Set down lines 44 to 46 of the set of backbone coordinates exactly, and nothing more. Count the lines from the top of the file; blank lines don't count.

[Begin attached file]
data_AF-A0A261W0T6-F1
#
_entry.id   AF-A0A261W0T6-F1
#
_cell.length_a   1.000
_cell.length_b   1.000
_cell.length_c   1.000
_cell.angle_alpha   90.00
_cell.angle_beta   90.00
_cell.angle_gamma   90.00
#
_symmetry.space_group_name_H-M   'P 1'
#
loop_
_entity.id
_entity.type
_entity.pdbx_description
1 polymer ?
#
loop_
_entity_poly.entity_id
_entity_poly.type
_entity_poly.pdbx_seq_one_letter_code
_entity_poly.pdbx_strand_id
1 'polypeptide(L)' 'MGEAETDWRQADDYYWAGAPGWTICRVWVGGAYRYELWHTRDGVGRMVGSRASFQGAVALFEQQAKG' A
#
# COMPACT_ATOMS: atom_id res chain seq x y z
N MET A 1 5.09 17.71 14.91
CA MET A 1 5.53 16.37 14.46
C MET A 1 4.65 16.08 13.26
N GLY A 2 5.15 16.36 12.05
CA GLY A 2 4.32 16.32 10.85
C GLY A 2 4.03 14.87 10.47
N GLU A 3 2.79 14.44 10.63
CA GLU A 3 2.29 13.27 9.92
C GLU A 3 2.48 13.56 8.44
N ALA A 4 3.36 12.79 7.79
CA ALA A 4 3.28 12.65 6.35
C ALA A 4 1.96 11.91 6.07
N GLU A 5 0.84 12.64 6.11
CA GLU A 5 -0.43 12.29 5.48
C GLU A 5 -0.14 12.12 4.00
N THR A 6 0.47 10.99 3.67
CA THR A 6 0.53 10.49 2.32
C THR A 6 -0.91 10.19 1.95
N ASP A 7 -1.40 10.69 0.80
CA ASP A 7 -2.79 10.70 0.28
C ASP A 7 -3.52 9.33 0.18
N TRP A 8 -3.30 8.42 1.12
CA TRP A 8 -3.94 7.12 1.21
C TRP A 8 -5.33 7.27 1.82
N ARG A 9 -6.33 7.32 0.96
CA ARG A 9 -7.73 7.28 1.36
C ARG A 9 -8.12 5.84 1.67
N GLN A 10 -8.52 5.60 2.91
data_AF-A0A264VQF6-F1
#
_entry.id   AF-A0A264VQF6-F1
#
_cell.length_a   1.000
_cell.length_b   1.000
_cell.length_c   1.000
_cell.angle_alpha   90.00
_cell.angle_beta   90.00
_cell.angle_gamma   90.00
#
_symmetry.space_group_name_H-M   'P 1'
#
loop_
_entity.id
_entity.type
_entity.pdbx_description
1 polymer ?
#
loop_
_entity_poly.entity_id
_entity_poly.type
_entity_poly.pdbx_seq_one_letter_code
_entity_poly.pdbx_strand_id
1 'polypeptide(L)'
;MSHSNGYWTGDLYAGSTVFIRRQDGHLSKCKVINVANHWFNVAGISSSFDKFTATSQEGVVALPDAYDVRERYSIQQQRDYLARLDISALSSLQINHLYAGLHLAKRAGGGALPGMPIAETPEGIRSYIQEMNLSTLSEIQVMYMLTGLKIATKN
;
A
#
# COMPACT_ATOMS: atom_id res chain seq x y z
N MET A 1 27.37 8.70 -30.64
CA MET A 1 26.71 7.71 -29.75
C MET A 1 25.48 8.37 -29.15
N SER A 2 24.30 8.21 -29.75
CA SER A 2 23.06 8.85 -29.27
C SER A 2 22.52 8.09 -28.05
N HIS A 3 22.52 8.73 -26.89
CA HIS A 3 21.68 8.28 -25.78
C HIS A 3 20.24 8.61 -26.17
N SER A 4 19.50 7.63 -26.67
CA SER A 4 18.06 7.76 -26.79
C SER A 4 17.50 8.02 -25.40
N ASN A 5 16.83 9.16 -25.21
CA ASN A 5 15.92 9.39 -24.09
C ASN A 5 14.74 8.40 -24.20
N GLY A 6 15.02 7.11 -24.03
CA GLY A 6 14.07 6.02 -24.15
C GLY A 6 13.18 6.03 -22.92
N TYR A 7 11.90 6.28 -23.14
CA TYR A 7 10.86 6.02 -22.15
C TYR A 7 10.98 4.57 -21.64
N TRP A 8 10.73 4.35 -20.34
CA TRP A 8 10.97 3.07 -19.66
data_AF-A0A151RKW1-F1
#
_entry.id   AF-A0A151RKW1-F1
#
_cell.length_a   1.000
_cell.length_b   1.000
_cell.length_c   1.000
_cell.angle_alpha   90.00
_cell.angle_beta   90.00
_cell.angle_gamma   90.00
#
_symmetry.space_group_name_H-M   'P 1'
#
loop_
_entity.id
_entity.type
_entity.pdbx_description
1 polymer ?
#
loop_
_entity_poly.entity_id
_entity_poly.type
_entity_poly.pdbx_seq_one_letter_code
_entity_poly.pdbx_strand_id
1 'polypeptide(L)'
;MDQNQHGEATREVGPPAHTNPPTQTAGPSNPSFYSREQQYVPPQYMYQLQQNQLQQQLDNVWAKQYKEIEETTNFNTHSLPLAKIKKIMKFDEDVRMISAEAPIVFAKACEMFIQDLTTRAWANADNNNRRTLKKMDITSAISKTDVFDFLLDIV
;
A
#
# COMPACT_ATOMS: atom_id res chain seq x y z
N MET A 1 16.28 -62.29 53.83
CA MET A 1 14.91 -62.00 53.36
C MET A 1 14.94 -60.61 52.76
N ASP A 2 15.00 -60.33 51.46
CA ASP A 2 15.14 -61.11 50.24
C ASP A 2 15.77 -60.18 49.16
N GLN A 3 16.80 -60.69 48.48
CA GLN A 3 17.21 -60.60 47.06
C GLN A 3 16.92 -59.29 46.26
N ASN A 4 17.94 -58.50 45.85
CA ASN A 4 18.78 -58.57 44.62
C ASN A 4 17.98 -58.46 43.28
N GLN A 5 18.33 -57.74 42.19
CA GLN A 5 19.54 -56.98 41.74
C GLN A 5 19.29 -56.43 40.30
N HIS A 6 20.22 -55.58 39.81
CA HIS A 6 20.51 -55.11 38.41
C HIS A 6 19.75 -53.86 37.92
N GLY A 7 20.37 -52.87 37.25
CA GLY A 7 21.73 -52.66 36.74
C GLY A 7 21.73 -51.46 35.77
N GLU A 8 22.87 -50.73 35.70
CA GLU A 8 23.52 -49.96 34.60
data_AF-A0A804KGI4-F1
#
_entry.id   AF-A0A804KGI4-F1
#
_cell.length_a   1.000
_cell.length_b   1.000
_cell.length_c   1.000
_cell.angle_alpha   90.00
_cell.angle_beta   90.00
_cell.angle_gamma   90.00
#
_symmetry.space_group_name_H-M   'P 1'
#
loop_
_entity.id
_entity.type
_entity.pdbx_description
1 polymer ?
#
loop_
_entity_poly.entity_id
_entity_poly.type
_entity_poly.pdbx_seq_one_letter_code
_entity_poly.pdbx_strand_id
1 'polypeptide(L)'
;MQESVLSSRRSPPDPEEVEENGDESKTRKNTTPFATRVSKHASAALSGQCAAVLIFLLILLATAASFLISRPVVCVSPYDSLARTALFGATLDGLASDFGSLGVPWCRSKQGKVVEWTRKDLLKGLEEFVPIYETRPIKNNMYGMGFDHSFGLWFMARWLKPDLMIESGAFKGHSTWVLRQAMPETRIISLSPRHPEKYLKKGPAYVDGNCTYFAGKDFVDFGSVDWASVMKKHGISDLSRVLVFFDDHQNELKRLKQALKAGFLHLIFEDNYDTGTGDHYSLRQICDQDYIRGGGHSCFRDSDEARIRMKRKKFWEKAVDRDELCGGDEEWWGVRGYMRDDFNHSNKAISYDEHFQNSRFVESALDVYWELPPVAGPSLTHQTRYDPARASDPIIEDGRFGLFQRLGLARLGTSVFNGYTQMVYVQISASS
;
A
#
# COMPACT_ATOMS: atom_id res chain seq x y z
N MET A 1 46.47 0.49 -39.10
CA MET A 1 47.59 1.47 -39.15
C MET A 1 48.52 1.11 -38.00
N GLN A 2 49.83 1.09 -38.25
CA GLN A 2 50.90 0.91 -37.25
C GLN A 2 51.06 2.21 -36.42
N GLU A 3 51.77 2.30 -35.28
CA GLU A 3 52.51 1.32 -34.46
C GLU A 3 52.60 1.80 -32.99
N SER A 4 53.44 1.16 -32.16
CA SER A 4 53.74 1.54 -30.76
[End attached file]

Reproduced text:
CA THR A 6 0.53 10.49 2.32
C THR A 6 -0.91 10.19 1.95
N ASP A 7 -1.40 10.69 0.80